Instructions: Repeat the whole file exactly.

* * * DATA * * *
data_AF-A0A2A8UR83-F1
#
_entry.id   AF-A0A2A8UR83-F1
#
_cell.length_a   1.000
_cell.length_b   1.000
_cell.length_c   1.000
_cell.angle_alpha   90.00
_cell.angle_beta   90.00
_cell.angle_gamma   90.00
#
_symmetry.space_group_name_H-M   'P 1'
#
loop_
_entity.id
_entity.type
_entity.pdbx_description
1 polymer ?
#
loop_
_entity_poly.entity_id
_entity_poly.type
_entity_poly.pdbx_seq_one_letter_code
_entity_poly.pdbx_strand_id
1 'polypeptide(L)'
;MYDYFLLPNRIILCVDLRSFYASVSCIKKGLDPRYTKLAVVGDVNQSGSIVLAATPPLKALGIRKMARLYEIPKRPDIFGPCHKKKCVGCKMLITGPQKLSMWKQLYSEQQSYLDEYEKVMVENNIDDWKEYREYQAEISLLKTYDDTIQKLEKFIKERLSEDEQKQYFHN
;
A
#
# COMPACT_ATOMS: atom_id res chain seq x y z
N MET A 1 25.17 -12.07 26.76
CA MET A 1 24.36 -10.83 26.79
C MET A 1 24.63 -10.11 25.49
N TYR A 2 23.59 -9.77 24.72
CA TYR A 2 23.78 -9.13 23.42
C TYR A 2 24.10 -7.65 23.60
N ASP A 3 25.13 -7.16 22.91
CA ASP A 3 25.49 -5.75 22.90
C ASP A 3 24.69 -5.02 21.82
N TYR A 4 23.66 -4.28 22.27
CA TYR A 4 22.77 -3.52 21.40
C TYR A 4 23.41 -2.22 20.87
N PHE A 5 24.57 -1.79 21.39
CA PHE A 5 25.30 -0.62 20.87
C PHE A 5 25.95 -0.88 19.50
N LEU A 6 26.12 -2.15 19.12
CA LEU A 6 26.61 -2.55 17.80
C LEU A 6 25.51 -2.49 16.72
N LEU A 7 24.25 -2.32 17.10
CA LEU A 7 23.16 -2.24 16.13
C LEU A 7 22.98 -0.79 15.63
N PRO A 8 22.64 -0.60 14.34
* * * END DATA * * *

data_AF-A0A2A8UR83-F1
#
_entry.id   AF-A0A2A8UR83-F1
#
_cell.length_a   1.000
_cell.length_b   1.000
_cell.length_c   1.000
_cell.angle_alpha   90.00
_cell.angle_beta   90.00
_cell.angle_gamma   90.00
#
_symmetry.space_group_name_H-M   'P 1'
#
loop_
_entity.id
_entity.type
_entity.pdbx_description
1 polymer ?
#
loop_
_entity_poly.entity_id
_entity_poly.type
_entity_poly.pdbx_seq_one_letter_code
_entity_poly.pdbx_strand_id
1 'polypeptide(L)'
;MYDYFLLPNRIILCVDLRSFYASVSCIKKGLDPRYTKLAVVGDVNQSGSIVLAATPPLKALGIRKMARLYEIPKRPDIFGPCHKKKCVGCKMLITGPQKLSMWKQLYSEQQSYLDEYEKVMVENNIDDWKEYREYQAEISLLKTYDDTIQKLEKFIKERLSEDEQKQYFHN
;
A
#
# COMPACT_ATOMS: atom_id res chain seq x y z
N MET A 1 25.17 -12.07 26.76
CA MET A 1 24.36 -10.83 26.79
C MET A 1 24.63 -10.11 25.49
N TYR A 2 23.59 -9.77 24.72
CA TYR A 2 23.78 -9.13 23.42
C TYR A 2 24.10 -7.65 23.60
N ASP A 3 25.13 -7.16 22.91
CA ASP A 3 25.49 -5.75 22.90
C ASP A 3 24.69 -5.02 21.82
N TYR A 4 23.66 -4.28 22.27
CA TYR A 4 22.77 -3.52 21.40
C TYR A 4 23.41 -2.22 20.87
N PHE A 5 24.57 -1.79 21.39
CA PHE A 5 25.30 -0.62 20.87
C PHE A 5 25.95 -0.88 19.50
N LEU A 6 26.12 -2.15 19.12
CA LEU A 6 26.61 -2.55 17.80
C LEU A 6 25.51 -2.49 16.72
N LEU A 7 24.25 -2.32 17.10
CA LEU A 7 23.16 -2.24 16.13
C LEU A 7 22.98 -0.79 15.63
N PRO A 8 22.64 -0.60 14.34